|Babies||Walkers to 2||2s to 3s||3s to 4s|
Overview and benefit
From the start babies use sounds to communicate – starting with crying then moving to cooing. As they experiment and play with making other sounds, they are strengthening the muscles in their face and mouths ready to learning speech. Babies should be encouraged to make a variety of sounds and it helps them to repeat the same sounds over and over. Older children benefit from playing with sounds as they prepare to learn letter sounds and blends. This activity teaches children songs which encourage them to make vocal sounds. Encourages the early formation of the sounds that often precede speech and helps the children explore their ability to vocalise sound.
- Music track for your chosen song
Half term two to three weeks on each song
How it works
Children learn some songs to the tune of Old MacDonald. These have lyrics which involve small units of sound which are fun for children to learn and sing and encouraged them to make different vocal sounds. There are three songs appropriate for the baby classes and 3 other songs which are appropriate for the older age groups.
Baby Songs are:-
Ma Ma – whos the one that gets me dressed, ma ma ma ma ma, who’s the one that takes me out, ma ma ma ma ma, who’s the one who loves me so, ma ma ma ma ma
Da Da – who’s the one who plays with me, da da da da da, who’s the one that changes me da da da da da, who’s the one that cuddles me da da da da da
Ba Ba – who’s the one that smiles at me, ba ba ba ba, who’s the one that coos at me, ba ba ba ba ba, who’s the one that I love most, ba ba ba ba ba
Older songs are
Baking – A song including the noises of baking, glugging milk, breaking eggs and stirring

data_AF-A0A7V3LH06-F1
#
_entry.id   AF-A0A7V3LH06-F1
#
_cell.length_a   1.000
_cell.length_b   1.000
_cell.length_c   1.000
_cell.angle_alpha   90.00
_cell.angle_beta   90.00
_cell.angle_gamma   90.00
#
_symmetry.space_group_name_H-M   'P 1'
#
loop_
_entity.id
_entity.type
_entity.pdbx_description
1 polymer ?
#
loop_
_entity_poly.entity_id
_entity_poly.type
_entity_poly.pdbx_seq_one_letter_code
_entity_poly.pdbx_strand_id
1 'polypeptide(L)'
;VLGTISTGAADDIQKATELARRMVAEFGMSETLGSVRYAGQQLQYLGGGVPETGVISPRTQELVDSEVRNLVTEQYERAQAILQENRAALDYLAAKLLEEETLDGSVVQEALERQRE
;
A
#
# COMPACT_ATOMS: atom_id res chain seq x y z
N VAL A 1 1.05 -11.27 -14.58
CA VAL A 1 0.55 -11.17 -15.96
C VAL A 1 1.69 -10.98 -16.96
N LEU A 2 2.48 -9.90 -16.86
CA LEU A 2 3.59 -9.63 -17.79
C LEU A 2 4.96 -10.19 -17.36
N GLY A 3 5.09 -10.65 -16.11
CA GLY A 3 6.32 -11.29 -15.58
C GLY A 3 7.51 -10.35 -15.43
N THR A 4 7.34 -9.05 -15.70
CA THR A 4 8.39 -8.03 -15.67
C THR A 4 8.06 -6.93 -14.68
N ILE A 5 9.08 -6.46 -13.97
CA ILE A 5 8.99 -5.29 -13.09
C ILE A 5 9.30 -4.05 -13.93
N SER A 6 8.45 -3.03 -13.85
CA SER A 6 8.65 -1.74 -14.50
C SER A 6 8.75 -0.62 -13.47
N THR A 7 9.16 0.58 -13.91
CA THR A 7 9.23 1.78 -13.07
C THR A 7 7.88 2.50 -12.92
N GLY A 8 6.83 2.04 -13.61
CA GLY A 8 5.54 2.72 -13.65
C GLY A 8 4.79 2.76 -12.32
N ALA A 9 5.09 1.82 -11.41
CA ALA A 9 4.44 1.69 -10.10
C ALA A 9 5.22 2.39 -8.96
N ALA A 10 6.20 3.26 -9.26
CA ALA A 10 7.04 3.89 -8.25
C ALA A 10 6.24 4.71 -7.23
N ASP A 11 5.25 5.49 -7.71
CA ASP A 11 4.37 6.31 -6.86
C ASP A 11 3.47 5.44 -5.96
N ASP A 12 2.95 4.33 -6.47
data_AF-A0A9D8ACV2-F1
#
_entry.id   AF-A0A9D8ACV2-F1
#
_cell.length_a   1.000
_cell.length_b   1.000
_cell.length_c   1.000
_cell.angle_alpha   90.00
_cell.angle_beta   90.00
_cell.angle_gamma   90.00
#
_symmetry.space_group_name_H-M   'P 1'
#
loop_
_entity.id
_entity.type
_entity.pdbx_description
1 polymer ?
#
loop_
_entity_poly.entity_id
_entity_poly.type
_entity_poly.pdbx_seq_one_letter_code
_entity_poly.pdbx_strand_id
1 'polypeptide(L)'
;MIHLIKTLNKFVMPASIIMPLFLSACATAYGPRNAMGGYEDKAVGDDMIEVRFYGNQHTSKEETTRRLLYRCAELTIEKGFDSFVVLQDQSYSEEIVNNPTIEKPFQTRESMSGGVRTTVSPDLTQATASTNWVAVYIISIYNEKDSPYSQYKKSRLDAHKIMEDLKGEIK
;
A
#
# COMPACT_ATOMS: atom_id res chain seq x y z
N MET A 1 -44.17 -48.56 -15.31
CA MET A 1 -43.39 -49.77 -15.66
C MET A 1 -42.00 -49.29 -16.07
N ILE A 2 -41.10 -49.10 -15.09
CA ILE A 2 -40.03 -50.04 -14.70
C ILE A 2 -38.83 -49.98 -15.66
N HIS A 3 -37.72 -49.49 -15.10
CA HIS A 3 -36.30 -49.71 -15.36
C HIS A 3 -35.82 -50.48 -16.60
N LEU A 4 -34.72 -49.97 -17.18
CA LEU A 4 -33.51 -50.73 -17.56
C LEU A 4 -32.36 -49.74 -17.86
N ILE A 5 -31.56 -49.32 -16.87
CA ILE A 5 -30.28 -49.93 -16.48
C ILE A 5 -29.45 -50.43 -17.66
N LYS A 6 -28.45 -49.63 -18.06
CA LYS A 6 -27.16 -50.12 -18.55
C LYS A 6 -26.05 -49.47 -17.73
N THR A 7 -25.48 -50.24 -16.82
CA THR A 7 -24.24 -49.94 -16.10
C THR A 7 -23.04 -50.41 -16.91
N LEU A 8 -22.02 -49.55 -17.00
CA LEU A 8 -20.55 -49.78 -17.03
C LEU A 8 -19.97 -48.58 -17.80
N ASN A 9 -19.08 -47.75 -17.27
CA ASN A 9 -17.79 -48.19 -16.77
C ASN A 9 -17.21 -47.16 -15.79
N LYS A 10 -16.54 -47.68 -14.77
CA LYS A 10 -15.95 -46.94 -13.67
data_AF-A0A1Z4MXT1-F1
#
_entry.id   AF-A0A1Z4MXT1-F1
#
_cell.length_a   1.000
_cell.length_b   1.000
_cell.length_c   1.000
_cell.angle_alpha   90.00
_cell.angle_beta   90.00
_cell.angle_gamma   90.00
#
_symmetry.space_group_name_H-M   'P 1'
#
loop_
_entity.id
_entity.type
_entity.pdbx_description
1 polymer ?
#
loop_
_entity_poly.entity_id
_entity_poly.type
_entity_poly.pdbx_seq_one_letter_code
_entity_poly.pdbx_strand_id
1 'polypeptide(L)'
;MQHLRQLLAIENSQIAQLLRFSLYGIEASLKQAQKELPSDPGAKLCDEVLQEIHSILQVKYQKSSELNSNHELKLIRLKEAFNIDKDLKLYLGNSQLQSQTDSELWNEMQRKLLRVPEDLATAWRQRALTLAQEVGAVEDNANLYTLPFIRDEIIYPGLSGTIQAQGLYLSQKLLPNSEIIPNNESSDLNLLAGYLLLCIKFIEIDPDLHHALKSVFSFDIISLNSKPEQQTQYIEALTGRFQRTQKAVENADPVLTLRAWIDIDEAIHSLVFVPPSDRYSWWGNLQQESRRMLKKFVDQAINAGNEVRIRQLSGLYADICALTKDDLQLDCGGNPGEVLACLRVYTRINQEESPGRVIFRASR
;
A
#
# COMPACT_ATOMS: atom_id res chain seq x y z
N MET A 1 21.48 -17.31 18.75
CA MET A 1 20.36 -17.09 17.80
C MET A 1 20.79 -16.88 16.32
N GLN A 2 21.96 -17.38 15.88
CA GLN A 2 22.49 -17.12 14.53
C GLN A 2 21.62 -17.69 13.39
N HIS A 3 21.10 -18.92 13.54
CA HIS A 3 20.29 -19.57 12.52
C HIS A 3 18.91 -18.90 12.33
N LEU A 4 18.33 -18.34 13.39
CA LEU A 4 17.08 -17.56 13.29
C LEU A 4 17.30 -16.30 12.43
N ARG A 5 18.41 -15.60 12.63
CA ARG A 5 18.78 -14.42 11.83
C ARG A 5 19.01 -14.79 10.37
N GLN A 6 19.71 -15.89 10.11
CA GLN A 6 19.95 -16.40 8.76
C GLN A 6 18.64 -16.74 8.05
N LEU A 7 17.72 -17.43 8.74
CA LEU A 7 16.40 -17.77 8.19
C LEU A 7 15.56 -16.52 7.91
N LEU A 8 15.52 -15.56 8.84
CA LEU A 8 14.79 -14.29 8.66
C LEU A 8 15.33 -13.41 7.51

Transport – A song in making the noises of driving in the car (brrm brrm), train (choo choo), bicycle ringing a bell (ding ding)
Weather – A song making weather noises, wind blowing (Whoosh Whoosh), Rain (drip drop),stormy days (flash crash)
What to do in the class
Explain to the parents a little about the benefits of this exercise before you start (see above). Eye contact is really important, so babies need to be sitting face to face with the adult or lying making good eye contact. Encourage the parents to think about the shapes there mouths are making when the form the babble sounds and really emphasise this.
Adaptation for baby classes
When singing the baby songs you can combine them with BSL. For the babies stick to the babble sound songs (ma ma, da da, ba ba). The more complex songs are better for the more verbal children.
What to do in a nursery setting
Although the children will possibly not have one to one care in this setting, do encourage the carers to make as much eye contact as possible during the song in order that the children are able to follow the mouth movements of the babble parts of the songs in particular.